9 May 2009, 11:37am
by admin

African Book Pirates

An Open Letter to Amazon.com CEO and COB Jeff Bezos

Dear Jeff,

So there I was minding my own business when Amazon.com sent me a digital blurb announcing a new book and inquiring whether I wished to buy it.

The book you promoted to me is the alleged “Population History of American Indigenous Peoples” by Charles C. Mann et al. [here].

That was very exciting email because Charles C. Mann is one of my favorite authors, one whose important and artfully-crafted writings are featured at W.I.S.E. [here, here]. CCM is also a correspondent, and so I sent him a congratulatory email.

Imagine my surprise, Jeff, when Charles informed me he had never heard of the book!

It turns out that the publisher, Alphascript Publishing (a subsidiary of VDM Publishing House Ltd. of Maritius [here]), is a PIRATE. They took some old essays by Mann and others, scanned them and created a “book” out of stolen pieces, and are now selling the purloined booty on your website.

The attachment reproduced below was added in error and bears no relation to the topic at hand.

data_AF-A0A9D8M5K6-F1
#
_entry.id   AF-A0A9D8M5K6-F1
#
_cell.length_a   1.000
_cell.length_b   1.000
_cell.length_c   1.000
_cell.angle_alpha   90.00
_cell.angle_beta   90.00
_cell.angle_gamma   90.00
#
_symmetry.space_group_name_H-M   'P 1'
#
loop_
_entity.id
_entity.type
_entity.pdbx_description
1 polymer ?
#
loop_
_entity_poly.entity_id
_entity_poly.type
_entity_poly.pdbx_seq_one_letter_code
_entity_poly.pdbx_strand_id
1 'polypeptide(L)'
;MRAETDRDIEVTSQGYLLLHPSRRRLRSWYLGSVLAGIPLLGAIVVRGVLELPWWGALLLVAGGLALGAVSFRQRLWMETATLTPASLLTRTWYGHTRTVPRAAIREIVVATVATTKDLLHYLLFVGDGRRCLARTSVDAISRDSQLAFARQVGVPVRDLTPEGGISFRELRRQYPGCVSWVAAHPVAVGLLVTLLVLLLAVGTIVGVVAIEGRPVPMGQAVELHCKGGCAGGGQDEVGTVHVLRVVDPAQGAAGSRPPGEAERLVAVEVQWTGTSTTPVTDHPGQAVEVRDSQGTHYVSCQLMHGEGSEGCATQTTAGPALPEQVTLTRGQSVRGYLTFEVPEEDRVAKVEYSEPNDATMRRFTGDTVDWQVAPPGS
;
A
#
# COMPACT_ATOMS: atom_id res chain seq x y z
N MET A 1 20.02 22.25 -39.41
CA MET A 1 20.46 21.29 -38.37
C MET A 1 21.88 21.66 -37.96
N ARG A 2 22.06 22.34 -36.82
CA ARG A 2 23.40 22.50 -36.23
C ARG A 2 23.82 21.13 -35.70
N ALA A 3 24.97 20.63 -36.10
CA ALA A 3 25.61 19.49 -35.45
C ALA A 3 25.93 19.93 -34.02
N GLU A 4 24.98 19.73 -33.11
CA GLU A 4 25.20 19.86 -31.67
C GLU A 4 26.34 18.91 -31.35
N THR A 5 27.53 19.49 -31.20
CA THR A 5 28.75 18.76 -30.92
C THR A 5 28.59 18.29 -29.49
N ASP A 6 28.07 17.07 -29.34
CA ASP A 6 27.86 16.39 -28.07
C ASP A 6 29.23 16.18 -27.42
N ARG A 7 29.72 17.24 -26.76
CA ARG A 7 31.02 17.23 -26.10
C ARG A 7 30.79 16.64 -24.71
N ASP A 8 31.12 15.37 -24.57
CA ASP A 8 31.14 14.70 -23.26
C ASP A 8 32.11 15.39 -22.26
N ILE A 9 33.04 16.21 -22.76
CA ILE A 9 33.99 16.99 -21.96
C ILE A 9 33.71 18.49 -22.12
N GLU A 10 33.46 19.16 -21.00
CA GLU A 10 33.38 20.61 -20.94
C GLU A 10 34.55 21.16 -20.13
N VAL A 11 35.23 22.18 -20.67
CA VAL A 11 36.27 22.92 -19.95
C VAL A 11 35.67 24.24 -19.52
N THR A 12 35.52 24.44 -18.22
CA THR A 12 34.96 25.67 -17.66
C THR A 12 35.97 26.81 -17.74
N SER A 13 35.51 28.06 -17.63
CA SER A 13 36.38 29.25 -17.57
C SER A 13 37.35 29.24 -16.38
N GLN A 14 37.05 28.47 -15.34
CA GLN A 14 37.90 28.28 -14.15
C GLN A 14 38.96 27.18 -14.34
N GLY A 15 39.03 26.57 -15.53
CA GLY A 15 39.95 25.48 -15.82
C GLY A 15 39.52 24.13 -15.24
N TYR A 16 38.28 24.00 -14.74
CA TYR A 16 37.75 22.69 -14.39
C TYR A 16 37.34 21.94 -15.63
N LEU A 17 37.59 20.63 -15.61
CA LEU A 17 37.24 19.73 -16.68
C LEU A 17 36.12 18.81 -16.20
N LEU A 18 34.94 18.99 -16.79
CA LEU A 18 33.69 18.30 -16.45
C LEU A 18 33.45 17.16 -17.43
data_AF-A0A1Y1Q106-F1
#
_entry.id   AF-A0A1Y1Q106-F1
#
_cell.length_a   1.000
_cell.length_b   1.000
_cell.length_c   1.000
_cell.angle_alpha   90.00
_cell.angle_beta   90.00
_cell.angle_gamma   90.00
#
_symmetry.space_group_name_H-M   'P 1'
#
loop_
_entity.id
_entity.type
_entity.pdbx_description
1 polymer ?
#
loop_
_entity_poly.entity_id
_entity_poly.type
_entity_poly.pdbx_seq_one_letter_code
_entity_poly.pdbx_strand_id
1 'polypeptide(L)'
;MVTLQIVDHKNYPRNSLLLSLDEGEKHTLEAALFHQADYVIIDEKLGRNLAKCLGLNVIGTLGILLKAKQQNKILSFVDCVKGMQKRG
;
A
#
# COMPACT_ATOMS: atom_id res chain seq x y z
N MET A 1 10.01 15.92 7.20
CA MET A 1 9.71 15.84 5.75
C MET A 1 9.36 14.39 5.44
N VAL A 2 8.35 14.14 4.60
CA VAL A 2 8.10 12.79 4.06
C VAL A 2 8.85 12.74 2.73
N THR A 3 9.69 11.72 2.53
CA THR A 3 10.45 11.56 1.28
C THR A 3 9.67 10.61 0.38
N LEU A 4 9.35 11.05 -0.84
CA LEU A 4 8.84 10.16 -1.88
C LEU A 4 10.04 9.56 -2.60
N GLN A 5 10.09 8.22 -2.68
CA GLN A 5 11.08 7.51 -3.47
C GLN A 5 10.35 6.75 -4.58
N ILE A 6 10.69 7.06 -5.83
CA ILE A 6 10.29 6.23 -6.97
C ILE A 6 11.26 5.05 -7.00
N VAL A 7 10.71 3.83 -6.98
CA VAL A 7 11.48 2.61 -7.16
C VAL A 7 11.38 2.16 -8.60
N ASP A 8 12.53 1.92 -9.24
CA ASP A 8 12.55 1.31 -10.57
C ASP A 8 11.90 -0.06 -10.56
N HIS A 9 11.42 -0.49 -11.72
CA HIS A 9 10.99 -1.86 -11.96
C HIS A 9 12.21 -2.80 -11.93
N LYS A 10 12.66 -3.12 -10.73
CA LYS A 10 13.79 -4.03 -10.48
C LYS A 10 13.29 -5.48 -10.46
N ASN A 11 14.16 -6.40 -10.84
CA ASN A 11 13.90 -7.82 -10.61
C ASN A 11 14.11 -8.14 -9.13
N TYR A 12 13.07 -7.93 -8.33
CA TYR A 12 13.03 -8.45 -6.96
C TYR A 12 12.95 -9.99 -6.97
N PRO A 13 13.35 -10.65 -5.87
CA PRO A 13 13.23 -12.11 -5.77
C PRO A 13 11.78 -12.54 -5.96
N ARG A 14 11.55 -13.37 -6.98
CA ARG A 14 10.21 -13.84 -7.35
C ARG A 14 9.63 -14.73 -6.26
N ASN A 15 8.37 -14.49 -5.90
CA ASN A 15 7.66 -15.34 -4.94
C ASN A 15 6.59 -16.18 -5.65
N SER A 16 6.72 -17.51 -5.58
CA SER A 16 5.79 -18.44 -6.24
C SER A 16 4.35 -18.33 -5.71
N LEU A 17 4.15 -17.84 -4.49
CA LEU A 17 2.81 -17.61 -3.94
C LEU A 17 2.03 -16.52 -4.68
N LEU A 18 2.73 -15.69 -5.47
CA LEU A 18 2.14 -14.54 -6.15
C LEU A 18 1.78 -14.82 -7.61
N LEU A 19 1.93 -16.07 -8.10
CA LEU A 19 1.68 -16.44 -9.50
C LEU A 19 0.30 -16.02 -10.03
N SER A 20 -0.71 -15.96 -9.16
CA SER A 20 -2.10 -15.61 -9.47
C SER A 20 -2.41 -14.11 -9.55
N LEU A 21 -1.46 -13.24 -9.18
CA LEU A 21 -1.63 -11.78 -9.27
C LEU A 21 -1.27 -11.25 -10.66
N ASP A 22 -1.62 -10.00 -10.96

You (they) are asking $124 for a paperback copy of a pirated work, which doubles (at least) the piracy factor. None of which goes to the actual authors, by the way, who had no idea this was going on.

Jeff, Jeff, Jeff. You don’t want to be a pirate. Pirates meet cruel fates. Pirates get shot in the head by snipers and their carcasses thrown to the sharks, no questions asked. There is no doctor-supervised waterboarding or other friendly interrogation. There are no trials where pirate “rights” are protected. Just a bullet in the brain and quick conversion to shark chum.

Even the French Navy, heirs to Jean Lafitte and other famous cutthroat brigands, has limited tolerance for pirates [here].